An overview of current research on the occupational hazards for journalists covering traumatic events, the risk factors that aggravate those effects, and some suggestions for mitigating those factors. Originally published by River Smith and Elana Newman in January, 2009; Updated by Susan Drevo in May, 2016, and by Autumn Slaughter in March, 2019.
Resources for Featured Articles
At this year's Dart Awards winners' roundtable, Melissa del Bosque, Andrea McDaniels, Mae Ryan, Glenn Smith and David Wood shared tips on covering violence, building trust and self-care.
Beth Macy's first book, “Factory Man," tells the story of John Bassett III, a third generation factory owner who battles to keep his Galax, Virginia, furniture factory open while everyone around him has closed up shop. "I put myself in the book is because I thought I owed the reader that transparency," she said. "Because these are my people." A Dart Center Q&A.
Over the last three weeks, a pair of powerful earthquakes shook Nepal, resulting in the deaths of more than 8,000 people. The Dart Center spoke with journalists Russell Lewis and Amantha Perera, and clinician Patrice Keats, about the challenges of covering this tragedy, including verifying information in a time of emergency, speaking with families of missing people, and working through the personal challenges of covering trauma.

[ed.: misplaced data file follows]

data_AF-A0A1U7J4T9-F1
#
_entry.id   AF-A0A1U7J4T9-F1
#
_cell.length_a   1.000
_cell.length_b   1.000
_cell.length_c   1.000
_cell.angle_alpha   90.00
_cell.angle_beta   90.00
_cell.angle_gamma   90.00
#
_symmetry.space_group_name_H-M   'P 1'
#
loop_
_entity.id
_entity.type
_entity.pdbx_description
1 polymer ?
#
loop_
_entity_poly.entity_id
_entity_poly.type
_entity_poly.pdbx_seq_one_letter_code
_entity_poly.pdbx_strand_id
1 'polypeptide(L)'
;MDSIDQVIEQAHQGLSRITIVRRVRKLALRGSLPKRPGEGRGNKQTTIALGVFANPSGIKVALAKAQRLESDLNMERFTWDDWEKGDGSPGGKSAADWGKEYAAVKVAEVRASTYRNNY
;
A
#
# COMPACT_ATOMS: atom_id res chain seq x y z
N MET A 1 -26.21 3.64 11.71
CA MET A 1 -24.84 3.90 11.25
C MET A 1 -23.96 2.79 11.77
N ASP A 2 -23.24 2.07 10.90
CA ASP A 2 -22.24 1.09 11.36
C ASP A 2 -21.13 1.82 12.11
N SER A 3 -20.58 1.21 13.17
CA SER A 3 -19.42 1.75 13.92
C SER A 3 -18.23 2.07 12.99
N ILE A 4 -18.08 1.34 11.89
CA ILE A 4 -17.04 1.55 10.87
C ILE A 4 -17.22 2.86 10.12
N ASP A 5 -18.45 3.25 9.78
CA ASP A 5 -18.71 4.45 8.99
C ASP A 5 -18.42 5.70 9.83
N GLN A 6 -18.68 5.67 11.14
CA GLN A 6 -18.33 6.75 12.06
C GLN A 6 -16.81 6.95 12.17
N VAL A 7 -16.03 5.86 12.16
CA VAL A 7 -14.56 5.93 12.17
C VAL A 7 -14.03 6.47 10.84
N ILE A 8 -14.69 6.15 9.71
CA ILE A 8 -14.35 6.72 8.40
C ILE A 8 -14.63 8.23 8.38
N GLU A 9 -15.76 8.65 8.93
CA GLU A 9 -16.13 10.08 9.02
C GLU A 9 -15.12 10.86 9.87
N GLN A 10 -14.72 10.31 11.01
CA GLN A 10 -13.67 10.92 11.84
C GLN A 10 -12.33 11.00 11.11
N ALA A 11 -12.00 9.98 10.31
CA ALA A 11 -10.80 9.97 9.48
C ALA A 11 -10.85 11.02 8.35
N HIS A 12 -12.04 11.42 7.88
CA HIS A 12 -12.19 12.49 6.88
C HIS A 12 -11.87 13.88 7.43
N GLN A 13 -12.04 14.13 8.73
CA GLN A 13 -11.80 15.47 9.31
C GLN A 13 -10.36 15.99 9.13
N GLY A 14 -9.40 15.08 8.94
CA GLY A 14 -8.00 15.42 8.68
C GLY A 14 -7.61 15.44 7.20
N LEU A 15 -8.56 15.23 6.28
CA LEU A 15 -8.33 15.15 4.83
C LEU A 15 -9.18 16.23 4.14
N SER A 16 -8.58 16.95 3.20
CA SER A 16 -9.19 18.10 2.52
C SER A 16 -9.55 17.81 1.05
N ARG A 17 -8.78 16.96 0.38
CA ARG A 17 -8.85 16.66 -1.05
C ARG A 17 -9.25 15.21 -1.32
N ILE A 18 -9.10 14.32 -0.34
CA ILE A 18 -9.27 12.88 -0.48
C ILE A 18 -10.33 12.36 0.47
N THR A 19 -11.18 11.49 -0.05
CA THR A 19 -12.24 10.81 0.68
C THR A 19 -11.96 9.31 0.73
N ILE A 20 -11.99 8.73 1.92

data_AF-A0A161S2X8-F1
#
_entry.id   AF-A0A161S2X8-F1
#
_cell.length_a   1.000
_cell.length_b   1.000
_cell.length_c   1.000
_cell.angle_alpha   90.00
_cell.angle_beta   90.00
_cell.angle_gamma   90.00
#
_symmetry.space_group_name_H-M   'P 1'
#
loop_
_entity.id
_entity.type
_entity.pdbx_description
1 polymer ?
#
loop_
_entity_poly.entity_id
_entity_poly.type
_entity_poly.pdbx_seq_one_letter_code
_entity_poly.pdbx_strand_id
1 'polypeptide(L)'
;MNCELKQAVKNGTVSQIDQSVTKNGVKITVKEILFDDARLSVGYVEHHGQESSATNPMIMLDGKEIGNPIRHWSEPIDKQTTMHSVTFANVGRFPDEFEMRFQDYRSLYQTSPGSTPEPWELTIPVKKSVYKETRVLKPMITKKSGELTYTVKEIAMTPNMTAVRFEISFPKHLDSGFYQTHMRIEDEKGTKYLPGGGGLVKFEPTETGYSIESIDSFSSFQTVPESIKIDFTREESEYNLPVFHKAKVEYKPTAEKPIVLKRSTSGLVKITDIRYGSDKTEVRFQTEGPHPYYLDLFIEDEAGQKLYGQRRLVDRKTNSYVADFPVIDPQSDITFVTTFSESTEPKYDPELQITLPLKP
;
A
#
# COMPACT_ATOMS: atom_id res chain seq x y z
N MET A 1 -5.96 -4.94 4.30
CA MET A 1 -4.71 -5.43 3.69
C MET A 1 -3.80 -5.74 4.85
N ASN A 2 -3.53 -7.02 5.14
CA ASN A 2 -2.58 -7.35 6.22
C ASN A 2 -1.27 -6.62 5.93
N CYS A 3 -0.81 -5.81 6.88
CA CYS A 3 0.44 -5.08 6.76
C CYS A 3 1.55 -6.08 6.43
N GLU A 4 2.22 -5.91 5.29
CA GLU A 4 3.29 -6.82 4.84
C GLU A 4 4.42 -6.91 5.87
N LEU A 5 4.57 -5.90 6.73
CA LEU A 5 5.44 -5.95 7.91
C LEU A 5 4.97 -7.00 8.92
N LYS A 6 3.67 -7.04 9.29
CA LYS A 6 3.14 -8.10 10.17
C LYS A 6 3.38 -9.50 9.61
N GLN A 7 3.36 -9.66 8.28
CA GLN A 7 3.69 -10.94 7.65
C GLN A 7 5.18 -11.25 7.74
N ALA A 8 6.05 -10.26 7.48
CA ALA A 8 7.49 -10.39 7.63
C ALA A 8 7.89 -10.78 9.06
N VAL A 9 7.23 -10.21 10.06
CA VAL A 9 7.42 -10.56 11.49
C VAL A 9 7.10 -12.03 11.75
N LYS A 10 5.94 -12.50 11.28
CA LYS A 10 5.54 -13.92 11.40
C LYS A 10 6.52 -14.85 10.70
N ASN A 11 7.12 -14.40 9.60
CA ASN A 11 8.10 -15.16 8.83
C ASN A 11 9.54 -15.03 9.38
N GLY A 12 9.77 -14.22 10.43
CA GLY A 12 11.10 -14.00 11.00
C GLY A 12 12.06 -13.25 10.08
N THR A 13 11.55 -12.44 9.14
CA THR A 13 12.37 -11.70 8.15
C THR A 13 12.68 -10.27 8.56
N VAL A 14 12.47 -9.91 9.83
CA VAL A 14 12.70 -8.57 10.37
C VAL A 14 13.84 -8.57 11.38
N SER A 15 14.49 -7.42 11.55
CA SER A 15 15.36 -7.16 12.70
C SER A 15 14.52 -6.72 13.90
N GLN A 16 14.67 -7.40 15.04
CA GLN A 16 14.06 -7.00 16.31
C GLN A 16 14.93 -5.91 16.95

Please consult our tips and resources on covering disaster, interviewing victims and survivors, and working with reporters exposed to traumatic events.
More than 800 people died on Sunday after a ship crowded with migrants capsized and sank off the coast of Libya, with the majority of the dead apparently trapped in the ship. Only 28 people are known to have survived.
In 2011, at the age of 17, Anastasia Vlasova covered protests in Kiev for the first time. Three years later when the first wave of major violence erupted in Ukraine, she was studying journalism in her first semester of graduate school. “I wanted to shake people's shoulders and say, wake up! There's a war going on in our country.” A Q&A with Alan Chin.
This provocative three-part series examines the concept of moral injury, a phenomenon where combat or operational experiences transgress deeply held moral and ethical beliefs that undergird a service member’s humanity; often seen as damage to the soul. Judges praised the series for “gracefully and confidently marrying the humanity and understanding of its survivors with a gritty, powerful investigation that breaks new ground.” Originally published in the Huffington Post in March 2014.